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The Summer 2024 Anime Preview Guide
Rising Impact Season 1

How would you rate episode 1 of
Rising Impact (ONA) ?
Community score: 3.3

What is this?


When third-grader Gawain Nanaumi's natural gift for golf is accidentally discovered by a pro player, the boy embarks on a journey to be the world's best golfer.

Rising Impact is based on the Rising Impact manga series by Nakaba Suzuki. The anime series is streaming on Netflix.

How was the first episode?

Rebecca Silverman

You have to hand it to Nakaba Suzuki: he knows what he likes, and what he likes is Arthurian legend. But where his more recent series in The Seven Deadly Sins franchise uses a modern fantasy background for tales of the Once and Future King, Rising Impact is about golf…with a kid named Gawain. I can't say that Gawain is the Round Table Knight who immediately screams "golf" to me – if I had to choose, I'd have to go with one of the guys named Bors – but presumably, the use of one of Arthur's most honorable and talented knights is meant to show that Suzuki's Gawain is gifted and an adherent of good sportsmanship. Given that The Seven Deadly Sins gives every indication of Suzuki having done his research, I'm choosing optimism here.

Arthurian lore aside, Rising Impact's first episode isn't all that different from a thousand sports series you've seen or read before. Gawain, a precocious third grader, is discovered by pro golfer Kiria when she goes for a getaway in the rural mountains. Gawain helps her when a footbridge is out, and she's instantly impressed by his balance and way of carrying himself.

When he pooh-poohs golf, she whips out her clubs to show him a thing or two, and Gawain is instantly hooked. His pride in having a good batting range in baseball is immediately squashed when he realizes how much farther a golf club can hit a ball, and even without caring about the physics of it, he is determined to master this new-to-him sport. He is, of course, preternaturally gifted, and Kiria is impressed enough to ask Gawain's grandfather to send him to Tokyo to train.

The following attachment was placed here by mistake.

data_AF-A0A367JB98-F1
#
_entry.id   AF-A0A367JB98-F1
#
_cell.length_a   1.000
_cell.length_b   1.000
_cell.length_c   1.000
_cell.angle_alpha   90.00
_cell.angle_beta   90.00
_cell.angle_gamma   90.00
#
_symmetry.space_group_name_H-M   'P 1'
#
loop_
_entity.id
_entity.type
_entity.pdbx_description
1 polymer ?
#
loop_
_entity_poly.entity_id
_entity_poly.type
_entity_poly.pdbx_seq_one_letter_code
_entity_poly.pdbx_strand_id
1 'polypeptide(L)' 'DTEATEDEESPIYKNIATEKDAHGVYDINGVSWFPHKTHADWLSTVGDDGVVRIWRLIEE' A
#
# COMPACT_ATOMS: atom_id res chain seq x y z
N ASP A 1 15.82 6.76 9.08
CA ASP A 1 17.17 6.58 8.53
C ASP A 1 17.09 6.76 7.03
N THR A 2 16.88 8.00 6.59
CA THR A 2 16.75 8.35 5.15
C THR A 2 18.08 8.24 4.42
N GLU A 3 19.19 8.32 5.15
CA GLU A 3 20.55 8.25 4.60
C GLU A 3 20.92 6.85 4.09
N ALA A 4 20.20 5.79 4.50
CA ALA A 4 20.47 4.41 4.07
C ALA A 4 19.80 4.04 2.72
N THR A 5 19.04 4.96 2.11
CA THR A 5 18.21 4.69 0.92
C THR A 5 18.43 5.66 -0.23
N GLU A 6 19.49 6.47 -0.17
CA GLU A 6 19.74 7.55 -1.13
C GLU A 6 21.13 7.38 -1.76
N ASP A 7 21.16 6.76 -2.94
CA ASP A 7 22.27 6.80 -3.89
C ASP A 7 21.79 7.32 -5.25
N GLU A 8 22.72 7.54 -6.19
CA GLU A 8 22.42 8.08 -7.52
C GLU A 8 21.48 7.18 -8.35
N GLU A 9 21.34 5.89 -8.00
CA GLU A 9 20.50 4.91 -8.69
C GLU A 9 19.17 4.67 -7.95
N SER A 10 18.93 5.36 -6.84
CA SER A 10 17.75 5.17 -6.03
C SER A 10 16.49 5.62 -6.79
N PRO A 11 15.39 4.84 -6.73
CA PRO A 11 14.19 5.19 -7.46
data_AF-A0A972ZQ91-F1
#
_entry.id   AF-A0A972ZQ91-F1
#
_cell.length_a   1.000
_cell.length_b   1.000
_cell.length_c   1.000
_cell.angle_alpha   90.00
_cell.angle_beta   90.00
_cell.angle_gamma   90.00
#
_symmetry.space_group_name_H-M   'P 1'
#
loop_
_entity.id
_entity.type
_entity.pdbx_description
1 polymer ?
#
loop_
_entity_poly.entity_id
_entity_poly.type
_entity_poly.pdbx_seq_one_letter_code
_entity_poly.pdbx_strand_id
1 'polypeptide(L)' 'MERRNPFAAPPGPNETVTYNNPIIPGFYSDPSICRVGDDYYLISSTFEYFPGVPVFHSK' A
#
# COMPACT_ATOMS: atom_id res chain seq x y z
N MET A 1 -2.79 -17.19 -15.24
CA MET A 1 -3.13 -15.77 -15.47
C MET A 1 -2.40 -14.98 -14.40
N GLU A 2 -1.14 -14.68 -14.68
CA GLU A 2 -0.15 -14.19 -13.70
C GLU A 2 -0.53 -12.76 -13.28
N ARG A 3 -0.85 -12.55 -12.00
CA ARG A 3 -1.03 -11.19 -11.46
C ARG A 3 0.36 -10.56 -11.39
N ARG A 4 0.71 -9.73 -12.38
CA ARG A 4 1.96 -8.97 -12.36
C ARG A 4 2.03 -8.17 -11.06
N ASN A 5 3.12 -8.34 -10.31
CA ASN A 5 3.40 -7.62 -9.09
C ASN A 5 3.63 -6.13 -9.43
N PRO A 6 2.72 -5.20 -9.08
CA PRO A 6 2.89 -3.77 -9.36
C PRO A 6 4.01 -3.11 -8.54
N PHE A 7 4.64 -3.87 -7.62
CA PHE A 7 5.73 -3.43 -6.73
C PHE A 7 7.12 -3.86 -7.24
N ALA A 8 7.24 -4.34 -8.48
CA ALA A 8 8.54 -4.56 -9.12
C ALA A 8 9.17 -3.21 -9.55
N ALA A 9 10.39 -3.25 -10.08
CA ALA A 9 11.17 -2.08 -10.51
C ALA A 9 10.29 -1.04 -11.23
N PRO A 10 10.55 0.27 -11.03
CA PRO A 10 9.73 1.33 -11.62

The episode hits all of these basic plot points capably enough. As an added bonus (or a detriment, depending on your preferences), Gawain isn't sexually precocious as well as endowed with sports skills. There's one or two comments about Kiria having large breasts, but that's it, and Gawain never touches them or falls into them or anything of that nature. He's a reasonably realistic, enthusiastic little kid, and that helps make this episode appealing. The backgrounds in his mountain hometown are also excellent, with each tree carefully drawn rather than a sort of monolith of a forest and the rocky trails looking familiar to anyone who's ever gone hiking. The character designs aren't great – they're much more generic looking than Suzuki's later art – but overall, the episode looks good enough. It didn't grab my interest, though, more because it feels very by the numbers than because I don't entirely understand golf. But it's good enough to check out if you do like golf or want to see where Nakaba Suzuki started as a creator.

How was the first episode?

Nicholas Dupree

Of all the decades-old manga that could suddenly get a new adaptation, I certainly wouldn't have pegged this relatively brief golf story from Nakaba Suzuki. I figured The Seven Deadly Sins did well, but I didn't realize it was big enough that Netflix was raring to revitalize a 25-year-old series on his name alone. That odd choice is probably the most interesting aspect of what is otherwise a pretty straightforward, middle-of-the-road title. This is one of those shows where there's nothing fundamentally wrong with it, but it fails to leave much of an impression if you're at all familiar with the genre.

Well, okay, the first ten or so minutes did leave an impression, just not a very good one. Part of it is that I cannot stand Gawain's voice – something about Misaki Kuno trying to portray children just grates on my nerves, and Gawain himself is an obnoxious little twerp through his introduction. Kiria isn't much better, the thin-tempered female character who starts beefing with children for calling her old or saying she doesn't have a boyfriend. It's a hoary old character trope that was already tired in 1998 when the manga started, and it has not aged gracefully since. Together, they make for an irritating duo who aren't funny nor charming and never shut the hell up.